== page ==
It is very pleasant to be able to share this story from Friday’s Bee about public leadership revealing visionary plans to embrace what is so central to our community, our rivers.
This plan, to reclaim the Sacramento River from Old Sacramento to Miller’s Park is just wonderful, and we deeply applaud the city of Sacramento for pursuing it.
Here is an excerpt.
Sacramento aims to reclaim part of its riverfront
In their bid to transform the 'docks,' officials choose a team of developers affiliated with San Francisco's Treasure Island and Ferry Building projects
By Mary Lynne Vellinga -- Bee Staff Writer Published 2:15 am PST Friday, February 10, 2006
The riverfront south of Old Sacramento's tourist district is quiet and largely forgotten, except for the bikers and joggers who brave a soaring freeway overpass, oil storage tanks and a city sewage reservoir en route to Discovery Park.
Now the city of Sacramento is seeking to reclaim this 43-acre stretch of the Sacramento River - called the "docks" - as a new neighborhood that could have more than 1,000 units of tightly packed high-rise and midrise housing.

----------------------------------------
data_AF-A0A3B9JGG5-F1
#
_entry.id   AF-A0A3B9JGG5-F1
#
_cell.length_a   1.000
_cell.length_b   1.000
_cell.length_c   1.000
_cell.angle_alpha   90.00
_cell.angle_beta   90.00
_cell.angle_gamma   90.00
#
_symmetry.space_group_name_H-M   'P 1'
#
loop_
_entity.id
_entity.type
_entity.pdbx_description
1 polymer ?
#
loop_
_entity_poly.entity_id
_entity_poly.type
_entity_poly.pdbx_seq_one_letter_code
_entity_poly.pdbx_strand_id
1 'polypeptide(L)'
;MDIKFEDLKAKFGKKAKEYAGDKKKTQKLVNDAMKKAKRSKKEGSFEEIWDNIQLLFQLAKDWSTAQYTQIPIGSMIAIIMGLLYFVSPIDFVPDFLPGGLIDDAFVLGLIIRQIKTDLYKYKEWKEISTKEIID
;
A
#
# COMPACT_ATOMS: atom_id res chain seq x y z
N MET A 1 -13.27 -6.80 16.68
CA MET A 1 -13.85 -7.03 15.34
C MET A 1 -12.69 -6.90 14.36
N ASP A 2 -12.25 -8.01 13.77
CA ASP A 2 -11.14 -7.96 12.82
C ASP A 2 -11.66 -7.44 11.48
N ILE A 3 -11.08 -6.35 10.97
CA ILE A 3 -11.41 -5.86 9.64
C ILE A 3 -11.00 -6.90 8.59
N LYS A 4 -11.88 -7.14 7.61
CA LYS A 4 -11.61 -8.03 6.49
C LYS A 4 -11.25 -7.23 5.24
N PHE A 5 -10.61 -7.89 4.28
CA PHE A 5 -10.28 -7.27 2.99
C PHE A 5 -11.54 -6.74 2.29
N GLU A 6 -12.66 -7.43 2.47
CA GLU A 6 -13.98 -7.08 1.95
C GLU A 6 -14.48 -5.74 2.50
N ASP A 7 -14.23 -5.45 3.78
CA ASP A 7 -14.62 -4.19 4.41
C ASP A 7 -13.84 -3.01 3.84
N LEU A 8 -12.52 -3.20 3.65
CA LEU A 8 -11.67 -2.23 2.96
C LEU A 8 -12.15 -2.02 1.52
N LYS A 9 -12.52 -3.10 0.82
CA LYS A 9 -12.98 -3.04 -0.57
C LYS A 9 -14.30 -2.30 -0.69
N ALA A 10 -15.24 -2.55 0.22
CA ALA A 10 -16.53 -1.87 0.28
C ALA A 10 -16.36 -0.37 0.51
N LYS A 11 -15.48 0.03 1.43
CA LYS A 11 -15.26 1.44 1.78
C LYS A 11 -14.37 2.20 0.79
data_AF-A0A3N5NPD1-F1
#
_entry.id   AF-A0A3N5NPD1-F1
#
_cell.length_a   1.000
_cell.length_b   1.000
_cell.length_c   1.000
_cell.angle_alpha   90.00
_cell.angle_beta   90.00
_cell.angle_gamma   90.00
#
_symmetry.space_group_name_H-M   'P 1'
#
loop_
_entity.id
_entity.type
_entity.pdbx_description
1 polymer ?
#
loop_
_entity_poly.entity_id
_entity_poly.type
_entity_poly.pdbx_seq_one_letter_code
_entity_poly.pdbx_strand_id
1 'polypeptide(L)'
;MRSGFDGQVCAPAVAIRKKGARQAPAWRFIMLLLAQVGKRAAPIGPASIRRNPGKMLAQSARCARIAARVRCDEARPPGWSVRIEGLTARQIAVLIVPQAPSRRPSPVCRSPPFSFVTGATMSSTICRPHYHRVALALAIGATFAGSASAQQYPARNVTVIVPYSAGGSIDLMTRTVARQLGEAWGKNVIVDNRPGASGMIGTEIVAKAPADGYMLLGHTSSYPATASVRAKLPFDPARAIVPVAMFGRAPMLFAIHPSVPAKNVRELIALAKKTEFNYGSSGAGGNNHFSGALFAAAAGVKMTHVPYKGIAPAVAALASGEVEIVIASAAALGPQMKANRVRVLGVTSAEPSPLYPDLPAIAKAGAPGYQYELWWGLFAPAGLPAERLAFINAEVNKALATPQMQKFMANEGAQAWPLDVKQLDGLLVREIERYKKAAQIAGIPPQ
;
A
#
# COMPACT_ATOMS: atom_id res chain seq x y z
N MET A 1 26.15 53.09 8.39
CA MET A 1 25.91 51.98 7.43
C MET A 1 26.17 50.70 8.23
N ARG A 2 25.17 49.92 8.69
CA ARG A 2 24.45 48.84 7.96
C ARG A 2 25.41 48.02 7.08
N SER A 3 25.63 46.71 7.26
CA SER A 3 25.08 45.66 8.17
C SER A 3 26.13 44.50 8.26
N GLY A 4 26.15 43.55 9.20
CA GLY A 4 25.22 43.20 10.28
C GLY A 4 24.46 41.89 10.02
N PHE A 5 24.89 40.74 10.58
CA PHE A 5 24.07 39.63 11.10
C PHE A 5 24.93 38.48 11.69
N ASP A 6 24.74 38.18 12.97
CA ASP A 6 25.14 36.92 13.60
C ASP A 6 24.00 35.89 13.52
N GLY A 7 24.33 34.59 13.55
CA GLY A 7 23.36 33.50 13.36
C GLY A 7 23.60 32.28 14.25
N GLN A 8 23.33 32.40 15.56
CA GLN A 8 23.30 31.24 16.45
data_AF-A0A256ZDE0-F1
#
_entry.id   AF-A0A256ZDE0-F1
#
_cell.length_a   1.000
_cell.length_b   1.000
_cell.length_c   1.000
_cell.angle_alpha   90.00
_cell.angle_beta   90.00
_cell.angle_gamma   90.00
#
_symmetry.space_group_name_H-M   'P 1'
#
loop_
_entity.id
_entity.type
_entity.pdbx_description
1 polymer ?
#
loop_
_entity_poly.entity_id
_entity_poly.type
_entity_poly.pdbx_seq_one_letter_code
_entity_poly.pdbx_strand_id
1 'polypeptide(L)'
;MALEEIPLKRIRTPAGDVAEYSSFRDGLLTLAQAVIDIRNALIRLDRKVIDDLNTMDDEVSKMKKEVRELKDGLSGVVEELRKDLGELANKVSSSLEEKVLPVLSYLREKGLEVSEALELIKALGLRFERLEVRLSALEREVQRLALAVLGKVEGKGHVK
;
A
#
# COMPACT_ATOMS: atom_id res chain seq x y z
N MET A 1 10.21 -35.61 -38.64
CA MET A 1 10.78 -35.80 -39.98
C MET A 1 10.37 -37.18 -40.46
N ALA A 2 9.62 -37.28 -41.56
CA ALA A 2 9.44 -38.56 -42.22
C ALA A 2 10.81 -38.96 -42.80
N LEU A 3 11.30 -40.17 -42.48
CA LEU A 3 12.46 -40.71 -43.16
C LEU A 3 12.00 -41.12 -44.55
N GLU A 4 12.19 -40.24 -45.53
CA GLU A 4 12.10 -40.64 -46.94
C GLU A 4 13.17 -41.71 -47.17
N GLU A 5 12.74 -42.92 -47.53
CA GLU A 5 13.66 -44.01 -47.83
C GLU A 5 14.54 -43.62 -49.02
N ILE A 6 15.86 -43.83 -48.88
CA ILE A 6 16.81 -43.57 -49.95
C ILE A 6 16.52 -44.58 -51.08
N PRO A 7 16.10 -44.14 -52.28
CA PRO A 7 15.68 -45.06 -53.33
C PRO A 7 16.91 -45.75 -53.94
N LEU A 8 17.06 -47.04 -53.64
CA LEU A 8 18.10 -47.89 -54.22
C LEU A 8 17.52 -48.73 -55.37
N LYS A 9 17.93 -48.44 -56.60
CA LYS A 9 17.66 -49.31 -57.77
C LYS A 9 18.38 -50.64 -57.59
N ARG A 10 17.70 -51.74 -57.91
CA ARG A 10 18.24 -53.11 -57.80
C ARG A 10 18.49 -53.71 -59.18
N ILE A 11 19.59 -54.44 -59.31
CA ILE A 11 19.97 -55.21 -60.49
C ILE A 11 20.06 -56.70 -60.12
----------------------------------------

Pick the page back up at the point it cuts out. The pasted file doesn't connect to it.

The city recently picked the same group that is redeveloping San Francisco's Treasure Island to carry out this transformation.
As part of the project, the city is planning a broad pedestrian promenade that would hug the riverfront all the way from Old Sacramento to Miller Park, an underused park and marina at the end of Broadway.
"We're really trying to gain access to our riverfront and enhance public enjoyment of it," said Sacramento economic development director Wendy Saunders.
If the effort succeeds, it would give new identity to a section of the riverfront that has languished since its heyday in the Gold Rush, when ships moored at docks along the shoreline and unloaded goods that were then sent by rail up the R Street industrial corridor.
Highways eventually superseded the river as a mover of industrial goods, and the construction of Interstate 5 cut the Sacramento River off from downtown. The rail bridge that once carried goods to R Street is being converted into a pedestrian and bike crossway."